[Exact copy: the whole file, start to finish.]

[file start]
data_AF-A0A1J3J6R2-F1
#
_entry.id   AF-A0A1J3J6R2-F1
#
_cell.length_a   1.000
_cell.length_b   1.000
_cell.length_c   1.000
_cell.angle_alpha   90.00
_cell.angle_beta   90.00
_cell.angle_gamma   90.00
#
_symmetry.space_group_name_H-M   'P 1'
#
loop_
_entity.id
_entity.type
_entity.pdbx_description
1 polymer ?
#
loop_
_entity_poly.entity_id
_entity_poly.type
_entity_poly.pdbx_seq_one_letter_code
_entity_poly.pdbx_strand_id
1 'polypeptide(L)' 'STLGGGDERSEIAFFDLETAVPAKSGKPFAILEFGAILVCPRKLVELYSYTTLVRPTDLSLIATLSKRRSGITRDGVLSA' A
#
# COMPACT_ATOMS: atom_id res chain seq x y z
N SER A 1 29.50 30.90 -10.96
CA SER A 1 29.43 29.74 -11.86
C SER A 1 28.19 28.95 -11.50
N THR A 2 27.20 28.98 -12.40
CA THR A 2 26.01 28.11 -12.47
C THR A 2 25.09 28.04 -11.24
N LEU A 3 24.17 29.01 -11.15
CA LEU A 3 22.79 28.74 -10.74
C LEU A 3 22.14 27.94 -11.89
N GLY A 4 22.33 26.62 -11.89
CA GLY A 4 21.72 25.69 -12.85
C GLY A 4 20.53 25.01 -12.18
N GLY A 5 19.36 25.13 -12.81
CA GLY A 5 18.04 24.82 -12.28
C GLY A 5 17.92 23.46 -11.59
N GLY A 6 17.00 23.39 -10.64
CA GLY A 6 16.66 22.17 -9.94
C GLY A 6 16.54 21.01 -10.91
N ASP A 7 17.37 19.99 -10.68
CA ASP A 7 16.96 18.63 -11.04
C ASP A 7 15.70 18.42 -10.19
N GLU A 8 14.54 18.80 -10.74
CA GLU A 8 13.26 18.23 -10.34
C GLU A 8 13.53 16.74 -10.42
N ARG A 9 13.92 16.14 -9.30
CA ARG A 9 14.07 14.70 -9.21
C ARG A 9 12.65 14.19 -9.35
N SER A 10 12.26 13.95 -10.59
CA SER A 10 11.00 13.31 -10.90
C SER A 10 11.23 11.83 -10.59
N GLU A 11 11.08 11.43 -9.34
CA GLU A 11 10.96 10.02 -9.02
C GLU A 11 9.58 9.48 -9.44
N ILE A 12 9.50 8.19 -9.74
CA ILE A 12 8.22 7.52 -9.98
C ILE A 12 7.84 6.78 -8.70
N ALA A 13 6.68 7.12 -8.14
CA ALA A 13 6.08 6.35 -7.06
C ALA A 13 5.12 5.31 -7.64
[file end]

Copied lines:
data_AF-A0A1J3J6R2-F1
#
_entry.id   AF-A0A1J3J6R2-F1
#
_cell.length_a   1.000
_cell.length_b   1.000
_cell.length_c   1.000
_cell.angle_alpha   90.00
_cell.angle_beta   90.00
_cell.angle_gamma   90.00
#
_symmetry.space_group_name_H-M   'P 1'
#
loop_
_entity.id
_entity.type
_entity.pdbx_description
1 polymer ?
#
loop_
_entity_poly.entity_id
_entity_poly.type
_entity_poly.pdbx_seq_one_letter_code
_entity_poly.pdbx_strand_id
1 'polypeptide(L)' 'STLGGGDERSEIAFFDLETAVPAKSGKPFAILEFGAILVCPRKLVELYSYTTLVRPTDLSLIATLSKRRSGITRDGVLSA' A
#
# COMPACT_ATOMS: atom_id res chain seq x y z
N SER A 1 29.50 30.90 -10.96
CA SER A 1 29.43 29.74 -11.86
C SER A 1 28.19 28.95 -11.50
N THR A 2 27.20 28.98 -12.40
CA THR A 2 26.01 28.11 -12.47
C THR A 2 25.09 28.04 -11.24
N LEU A 3 24.17 29.01 -11.15
CA LEU A 3 22.79 28.74 -10.74
C LEU A 3 22.14 27.94 -11.89
N GLY A 4 22.33 26.62 -11.89
CA GLY A 4 21.72 25.69 -12.85
C GLY A 4 20.53 25.01 -12.18
N GLY A 5 19.36 25.13 -12.81
CA GLY A 5 18.04 24.82 -12.28
C GLY A 5 17.92 23.46 -11.59
N GLY A 6 17.00 23.39 -10.64
CA GLY A 6 16.66 22.17 -9.94
C GLY A 6 16.54 21.01 -10.91
N ASP A 7 17.37 19.99 -10.68
CA ASP A 7 16.96 18.63 -11.04
C ASP A 7 15.70 18.42 -10.19
N GLU A 8 14.54 18.80 -10.74
CA GLU A 8 13.26 18.23 -10.34
C GLU A 8 13.53 16.74 -10.42
N ARG A 9 13.92 16.14 -9.30
CA ARG A 9 14.07 14.70 -9.21
C ARG A 9 12.65 14.19 -9.35
N SER A 10 12.26 13.95 -10.59
CA SER A 10 11.00 13.31 -10.90
C SER A 10 11.23 11.83 -10.59
N GLU A 11 11.08 11.43 -9.34
CA GLU A 11 10.96 10.02 -9.02
C GLU A 11 9.58 9.48 -9.44
N ILE A 12 9.50 8.19 -9.74
CA ILE A 12 8.22 7.52 -9.98
C ILE A 12 7.84 6.78 -8.70
N ALA A 13 6.68 7.12 -8.14
CA ALA A 13 6.08 6.35 -7.06
C ALA A 13 5.12 5.31 -7.64